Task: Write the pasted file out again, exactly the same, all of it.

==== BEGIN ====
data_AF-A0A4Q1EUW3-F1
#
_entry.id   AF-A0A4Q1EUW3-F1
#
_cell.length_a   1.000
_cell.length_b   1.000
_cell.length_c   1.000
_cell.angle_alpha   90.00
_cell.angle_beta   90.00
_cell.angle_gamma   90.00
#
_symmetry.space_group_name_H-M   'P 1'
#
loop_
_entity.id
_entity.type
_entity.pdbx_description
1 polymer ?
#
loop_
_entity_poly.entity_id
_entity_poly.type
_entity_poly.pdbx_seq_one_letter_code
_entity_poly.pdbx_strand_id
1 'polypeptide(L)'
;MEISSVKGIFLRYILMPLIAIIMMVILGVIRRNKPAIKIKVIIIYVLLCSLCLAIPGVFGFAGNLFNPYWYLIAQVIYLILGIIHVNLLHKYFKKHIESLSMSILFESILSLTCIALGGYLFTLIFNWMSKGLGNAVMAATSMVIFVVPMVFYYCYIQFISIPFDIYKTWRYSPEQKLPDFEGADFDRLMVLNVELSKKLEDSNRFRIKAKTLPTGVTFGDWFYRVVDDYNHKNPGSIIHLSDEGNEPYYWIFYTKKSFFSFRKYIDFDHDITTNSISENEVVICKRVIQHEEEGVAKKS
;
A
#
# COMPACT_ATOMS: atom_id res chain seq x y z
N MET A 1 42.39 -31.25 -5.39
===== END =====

data_AF-A0A4Q1EUW3-F1
#
_entry.id   AF-A0A4Q1EUW3-F1
#
_cell.length_a   1.000
_cell.length_b   1.000
_cell.length_c   1.000
_cell.angle_alpha   90.00
_cell.angle_beta   90.00
_cell.angle_gamma   90.00
#
_symmetry.space_group_name_H-M   'P 1'
#
loop_
_entity.id
_entity.type
_entity.pdbx_description
1 polymer ?
#
loop_
_entity_poly.entity_id
_entity_poly.type
_entity_poly.pdbx_seq_one_letter_code
_entity_poly.pdbx_strand_id
1 'polypeptide(L)'
;MEISSVKGIFLRYILMPLIAIIMMVILGVIRRNKPAIKIKVIIIYVLLCSLCLAIPGVFGFAGNLFNPYWYLIAQVIYLILGIIHVNLLHKYFKKHIESLSMSILFESILSLTCIALGGYLFTLIFNWMSKGLGNAVMAATSMVIFVVPMVFYYCYIQFISIPFDIYKTWRYSPEQKLPDFEGADFDRLMVLNVELSKKLEDSNRFRIKAKTLPTGVTFGDWFYRVVDDYNHKNPGSIIHLSDEGNEPYYWIFYTKKSFFSFRKYIDFDHDITTNSISENEVVICKRVIQHEEEGVAKKS
;
A
#
# COMPACT_ATOMS: atom_id res chain seq x y z
N MET A 1 42.39 -31.25 -5.39